I know what you’re thinking: it won’t work. People will make up the name of the country they’re commenting from. Well, if you think that will work for liars, you’re wrong, and you probably haven’t spent a lot of time in foreign countries.

Wherever you go, pop-up ads appear that are tailored not only to your preferences, but your location. Google (who owns YouTube) and Facebook (who owns Instagram) and many other sites know where you are. They recognize your computer’s IP’s country of origin. And if you have a cell phone, they recognize the country where that phone was purchased and made active. They probably even recognize the country of the wi-fi spot you’re using.

Anyone who advertises on social media learns where you are. That includes all the news sites. If I paid Google enough money tomorrow, I would know what country you’re in.

That’s why I don’t consider my plan an enormous violation of privacy; you’ve already given that information to any corporation who has paid enough.

Let’s be clear: this could start as an “opt in” thing rather than an “opt out.” I suspect that eventually, the people who have opted out will be seen as suspicious. Their pro-Trump comments will carry the stigma of foreigners trying to tell us Americans what to do and what to think.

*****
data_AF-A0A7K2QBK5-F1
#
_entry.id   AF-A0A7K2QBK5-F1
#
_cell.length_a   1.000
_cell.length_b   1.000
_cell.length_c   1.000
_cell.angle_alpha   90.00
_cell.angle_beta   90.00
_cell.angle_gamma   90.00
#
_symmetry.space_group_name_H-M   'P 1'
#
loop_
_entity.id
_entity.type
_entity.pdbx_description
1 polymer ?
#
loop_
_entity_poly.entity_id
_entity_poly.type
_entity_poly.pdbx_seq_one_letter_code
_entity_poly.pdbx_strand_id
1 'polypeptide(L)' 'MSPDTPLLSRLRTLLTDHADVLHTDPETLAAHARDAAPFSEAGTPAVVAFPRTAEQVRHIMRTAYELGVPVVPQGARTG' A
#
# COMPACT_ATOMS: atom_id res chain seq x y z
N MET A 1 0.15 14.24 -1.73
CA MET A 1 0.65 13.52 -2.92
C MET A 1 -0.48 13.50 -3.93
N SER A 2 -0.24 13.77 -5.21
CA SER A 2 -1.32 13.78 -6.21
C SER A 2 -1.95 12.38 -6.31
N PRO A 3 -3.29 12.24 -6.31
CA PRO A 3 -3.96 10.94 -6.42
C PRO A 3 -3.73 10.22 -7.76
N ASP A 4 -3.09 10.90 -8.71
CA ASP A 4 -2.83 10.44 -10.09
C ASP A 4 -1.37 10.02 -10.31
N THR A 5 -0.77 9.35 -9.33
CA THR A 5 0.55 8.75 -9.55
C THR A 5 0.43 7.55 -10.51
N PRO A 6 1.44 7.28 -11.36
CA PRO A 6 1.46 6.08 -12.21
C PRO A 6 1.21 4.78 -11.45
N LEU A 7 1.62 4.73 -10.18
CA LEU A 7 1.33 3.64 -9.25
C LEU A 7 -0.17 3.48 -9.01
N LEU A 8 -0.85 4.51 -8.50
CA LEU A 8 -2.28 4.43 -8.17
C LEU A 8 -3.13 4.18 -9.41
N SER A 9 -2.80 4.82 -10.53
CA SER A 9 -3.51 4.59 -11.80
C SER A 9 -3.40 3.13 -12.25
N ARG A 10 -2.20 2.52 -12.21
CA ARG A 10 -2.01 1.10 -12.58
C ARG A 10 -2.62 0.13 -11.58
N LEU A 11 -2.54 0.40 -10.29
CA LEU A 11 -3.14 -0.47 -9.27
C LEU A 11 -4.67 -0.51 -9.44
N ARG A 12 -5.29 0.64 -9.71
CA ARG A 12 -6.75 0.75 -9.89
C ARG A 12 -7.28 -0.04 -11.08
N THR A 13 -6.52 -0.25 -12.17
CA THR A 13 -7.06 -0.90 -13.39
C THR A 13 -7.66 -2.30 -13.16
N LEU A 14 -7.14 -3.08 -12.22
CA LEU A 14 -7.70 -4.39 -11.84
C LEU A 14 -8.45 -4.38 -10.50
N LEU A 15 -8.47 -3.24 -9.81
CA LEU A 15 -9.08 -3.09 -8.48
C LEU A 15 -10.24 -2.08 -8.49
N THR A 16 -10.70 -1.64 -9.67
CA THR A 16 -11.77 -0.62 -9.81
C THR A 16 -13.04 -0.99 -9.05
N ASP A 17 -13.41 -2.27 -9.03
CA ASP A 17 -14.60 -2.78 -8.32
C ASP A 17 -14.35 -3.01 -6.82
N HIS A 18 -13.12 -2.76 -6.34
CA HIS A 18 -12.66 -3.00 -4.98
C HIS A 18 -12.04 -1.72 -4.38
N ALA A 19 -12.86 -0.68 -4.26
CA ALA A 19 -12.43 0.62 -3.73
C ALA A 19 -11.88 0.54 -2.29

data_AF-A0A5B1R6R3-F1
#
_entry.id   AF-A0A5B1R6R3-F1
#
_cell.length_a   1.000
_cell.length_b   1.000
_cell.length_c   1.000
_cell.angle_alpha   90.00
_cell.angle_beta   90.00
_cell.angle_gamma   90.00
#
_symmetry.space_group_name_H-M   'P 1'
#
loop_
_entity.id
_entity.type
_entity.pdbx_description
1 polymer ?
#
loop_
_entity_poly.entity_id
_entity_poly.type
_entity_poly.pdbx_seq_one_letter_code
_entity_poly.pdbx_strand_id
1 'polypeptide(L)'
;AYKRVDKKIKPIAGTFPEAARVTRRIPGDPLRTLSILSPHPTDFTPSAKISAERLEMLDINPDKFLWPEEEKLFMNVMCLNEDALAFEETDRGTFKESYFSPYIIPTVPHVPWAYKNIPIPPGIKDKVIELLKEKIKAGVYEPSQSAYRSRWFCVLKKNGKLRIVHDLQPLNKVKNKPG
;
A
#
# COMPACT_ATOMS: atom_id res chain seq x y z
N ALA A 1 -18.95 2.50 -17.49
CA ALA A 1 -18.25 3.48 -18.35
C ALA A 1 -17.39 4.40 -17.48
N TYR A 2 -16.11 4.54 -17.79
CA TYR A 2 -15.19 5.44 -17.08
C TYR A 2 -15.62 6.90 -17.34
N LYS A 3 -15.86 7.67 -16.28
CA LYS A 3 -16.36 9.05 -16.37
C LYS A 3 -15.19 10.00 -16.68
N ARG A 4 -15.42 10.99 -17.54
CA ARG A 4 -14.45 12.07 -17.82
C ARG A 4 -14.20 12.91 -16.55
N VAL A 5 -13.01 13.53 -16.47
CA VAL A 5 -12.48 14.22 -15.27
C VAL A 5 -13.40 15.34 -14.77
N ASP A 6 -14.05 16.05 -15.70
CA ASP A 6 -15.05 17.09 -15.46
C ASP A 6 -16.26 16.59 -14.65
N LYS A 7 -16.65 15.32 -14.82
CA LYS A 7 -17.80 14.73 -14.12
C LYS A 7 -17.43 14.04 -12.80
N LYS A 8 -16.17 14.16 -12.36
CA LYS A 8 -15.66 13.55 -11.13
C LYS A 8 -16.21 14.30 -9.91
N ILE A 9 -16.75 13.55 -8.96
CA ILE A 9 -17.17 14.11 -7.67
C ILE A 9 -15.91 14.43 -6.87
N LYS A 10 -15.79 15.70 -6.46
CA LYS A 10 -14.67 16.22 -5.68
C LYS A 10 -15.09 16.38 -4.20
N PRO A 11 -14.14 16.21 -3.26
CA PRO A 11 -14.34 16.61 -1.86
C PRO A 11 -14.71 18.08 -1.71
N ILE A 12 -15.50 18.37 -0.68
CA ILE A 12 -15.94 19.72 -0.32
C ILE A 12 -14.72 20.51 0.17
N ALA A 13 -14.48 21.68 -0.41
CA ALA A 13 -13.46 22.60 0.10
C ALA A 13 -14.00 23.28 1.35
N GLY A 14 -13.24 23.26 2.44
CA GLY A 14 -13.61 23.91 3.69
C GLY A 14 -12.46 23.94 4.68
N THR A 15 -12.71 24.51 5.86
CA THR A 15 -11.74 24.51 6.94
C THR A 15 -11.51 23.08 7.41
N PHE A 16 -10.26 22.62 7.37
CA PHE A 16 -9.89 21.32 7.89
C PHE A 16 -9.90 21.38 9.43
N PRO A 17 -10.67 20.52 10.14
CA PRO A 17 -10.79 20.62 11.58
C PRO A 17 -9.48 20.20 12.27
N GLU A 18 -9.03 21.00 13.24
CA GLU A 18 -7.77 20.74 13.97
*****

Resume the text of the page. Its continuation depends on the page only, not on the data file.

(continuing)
My wife, who I love, was born and raised in a foreign country. Ten years ago I lived (for two years) in Britain. I believe everyone should have the freedom to live anywhere and post on the internet from anywhere. One thing I love about Web 2.0 are threads that involve passionate people from all over the world. That won’t change with what I’m saying.

Earlier I suggested that I only believe in free speech for Americans. Well, that isn’t true. I do believe everyone in the world should have free speech. But the fact is that in many countries, speech is restricted. In some countries, like North Korea, they can force you to say what they want you to say. I don’t think our social media should be polluted by unfree speech.